Sunday, April 23, 2006

A little more progress

Today was a big day for hits on the web site, looks like folks were interested to see Carbon 1. That said, there have been no comments so maybe they didn't like the paint scheme. It's designed to appeal to a large local club, which limits what can be done in terms of colors and such. Anyway, I like it.

Sundays are a day of work for me, so bike building had to wait until after the kids got to bed.

The task for tonight was to begin Sarah's fork. The crown is an Long Shen LC-27. It's a sloping crown with external tangs and a triangular cutout on the outside tang. The shape is really nice (unless you hate sloping crowns) and it has the rake built in.

The built in rake is important as it seemed like these legs would be hard to bend. They had to be trimmed from both the bottom and top. On the bottom, Joe B's stainless dropouts fit right in now. Long time readers will recall that I've had to chuck these up in the drill press and cut down the diameter of the internal part of the dropout for previous forks. Anyhow, the bottom of the legs couldn't be cut shorter. So the rest came off the top, and again as much was cut off as possible, while still fitting the sockets in the crown. A test assembly showed that the wheel fits fine and that the fork corresponds correctly to the overall geometry of the bike.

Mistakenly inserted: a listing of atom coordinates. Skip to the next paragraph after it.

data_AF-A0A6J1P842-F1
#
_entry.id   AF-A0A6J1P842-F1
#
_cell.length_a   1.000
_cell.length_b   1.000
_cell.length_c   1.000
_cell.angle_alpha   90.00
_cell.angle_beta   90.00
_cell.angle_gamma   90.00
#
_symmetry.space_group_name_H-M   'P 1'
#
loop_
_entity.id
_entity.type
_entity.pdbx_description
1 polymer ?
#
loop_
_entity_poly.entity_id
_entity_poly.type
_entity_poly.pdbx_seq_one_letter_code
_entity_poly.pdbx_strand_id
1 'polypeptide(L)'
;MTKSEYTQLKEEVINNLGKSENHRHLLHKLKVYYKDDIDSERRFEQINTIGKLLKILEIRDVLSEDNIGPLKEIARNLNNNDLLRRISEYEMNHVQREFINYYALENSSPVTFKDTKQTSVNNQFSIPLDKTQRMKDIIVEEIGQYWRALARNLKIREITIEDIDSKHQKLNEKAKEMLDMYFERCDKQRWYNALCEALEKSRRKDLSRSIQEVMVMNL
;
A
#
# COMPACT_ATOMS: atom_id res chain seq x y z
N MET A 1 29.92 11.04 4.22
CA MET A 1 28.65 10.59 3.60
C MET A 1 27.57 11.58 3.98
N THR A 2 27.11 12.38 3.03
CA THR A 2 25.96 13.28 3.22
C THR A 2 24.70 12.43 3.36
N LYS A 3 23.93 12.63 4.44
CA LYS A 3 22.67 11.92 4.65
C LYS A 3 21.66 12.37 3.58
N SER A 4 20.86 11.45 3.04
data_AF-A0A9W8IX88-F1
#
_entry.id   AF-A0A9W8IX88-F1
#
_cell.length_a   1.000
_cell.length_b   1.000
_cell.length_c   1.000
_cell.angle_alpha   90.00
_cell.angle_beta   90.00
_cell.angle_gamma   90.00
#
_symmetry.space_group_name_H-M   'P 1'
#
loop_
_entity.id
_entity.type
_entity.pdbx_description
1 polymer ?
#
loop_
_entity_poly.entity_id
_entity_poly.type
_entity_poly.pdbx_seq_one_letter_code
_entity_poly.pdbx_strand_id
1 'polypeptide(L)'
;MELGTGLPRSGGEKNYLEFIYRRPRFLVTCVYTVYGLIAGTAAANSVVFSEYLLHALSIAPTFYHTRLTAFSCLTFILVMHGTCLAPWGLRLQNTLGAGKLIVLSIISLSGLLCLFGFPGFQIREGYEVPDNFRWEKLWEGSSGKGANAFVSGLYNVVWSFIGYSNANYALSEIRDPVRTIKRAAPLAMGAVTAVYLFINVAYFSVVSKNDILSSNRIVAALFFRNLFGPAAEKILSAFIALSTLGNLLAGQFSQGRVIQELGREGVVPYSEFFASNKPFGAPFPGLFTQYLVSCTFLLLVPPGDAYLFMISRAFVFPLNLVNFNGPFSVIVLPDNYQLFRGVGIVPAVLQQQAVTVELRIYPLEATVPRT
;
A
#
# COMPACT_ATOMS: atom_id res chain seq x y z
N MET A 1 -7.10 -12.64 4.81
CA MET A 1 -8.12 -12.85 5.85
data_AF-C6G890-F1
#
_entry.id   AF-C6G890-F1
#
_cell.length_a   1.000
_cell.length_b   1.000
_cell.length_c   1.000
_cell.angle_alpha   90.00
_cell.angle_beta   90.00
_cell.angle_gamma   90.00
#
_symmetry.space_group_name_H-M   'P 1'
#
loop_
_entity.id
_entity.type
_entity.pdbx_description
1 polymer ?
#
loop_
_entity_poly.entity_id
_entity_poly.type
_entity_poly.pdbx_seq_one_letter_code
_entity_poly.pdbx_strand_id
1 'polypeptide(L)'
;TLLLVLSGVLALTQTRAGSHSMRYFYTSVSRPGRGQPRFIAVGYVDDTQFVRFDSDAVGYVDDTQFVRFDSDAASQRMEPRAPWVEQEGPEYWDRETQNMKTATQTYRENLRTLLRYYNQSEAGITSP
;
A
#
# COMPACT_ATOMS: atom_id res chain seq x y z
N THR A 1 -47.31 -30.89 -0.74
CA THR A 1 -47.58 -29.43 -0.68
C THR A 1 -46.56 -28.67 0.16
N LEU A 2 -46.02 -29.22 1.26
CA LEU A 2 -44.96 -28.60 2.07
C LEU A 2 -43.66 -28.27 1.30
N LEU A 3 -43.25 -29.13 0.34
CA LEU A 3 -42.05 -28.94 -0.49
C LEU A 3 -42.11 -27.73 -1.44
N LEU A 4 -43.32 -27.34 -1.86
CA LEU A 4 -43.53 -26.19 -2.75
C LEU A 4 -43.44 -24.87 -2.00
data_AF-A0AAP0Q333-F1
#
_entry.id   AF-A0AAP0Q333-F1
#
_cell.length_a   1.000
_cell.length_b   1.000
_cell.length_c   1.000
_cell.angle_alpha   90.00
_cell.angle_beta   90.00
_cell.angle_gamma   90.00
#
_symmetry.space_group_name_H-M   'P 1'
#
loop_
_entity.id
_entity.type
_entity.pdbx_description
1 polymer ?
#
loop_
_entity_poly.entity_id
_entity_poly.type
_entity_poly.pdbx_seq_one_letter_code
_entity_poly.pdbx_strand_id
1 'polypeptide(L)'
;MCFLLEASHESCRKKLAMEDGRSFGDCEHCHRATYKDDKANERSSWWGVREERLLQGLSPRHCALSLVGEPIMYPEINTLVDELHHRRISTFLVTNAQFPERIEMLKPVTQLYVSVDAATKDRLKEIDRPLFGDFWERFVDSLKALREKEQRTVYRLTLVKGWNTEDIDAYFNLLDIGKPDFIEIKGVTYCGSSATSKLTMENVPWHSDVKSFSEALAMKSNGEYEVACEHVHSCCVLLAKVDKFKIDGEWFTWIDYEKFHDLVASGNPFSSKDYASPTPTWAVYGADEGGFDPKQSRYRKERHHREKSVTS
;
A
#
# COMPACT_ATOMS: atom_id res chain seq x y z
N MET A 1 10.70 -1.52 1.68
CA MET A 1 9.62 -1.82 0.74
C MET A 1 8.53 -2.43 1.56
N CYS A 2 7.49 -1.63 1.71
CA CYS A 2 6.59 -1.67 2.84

I spent a good deal of time duburring the ends of the fork legs and then cleaning up all parts for joining. Until Freddy's Al-tife arrives, I've been doing my fine cleanup using one of the organic solvents (probably uses citric acid).

Out came the fork jig for the first time in a while, and everything was test fitted and the jig adjusted. Then everything comes off except the crown and steerer-tube. This crown has a lip on the bottom limiting how far the steerer is inserted. I ground a divot into the lip at the front and back. This way the filler can be fed from the bottom and its easy to see when its flowed out all the way around the steerer tube above the crown race. If the crown had no lip, it's just as easy to let the steerer stick out a little from the bottom and flow from the top.

It's interesting, I hadn't realized what a massive crown this is. It took about 3 hours to heat up. Maybe it just seemed that way, but it was slowwww. It cooled off just as slowly. In fact I began to wonder if it was stainless steel - but checking on the Ceeway site confirmed that it was not. Whew! Polishing the head tube will be enough for this old guy.

Hopefully we can finish the fork tomorrow and then move back to the frame. It would be great to ship it off to the painter by weeks end, but that depends on how busy the day job turns out to be.

No comments: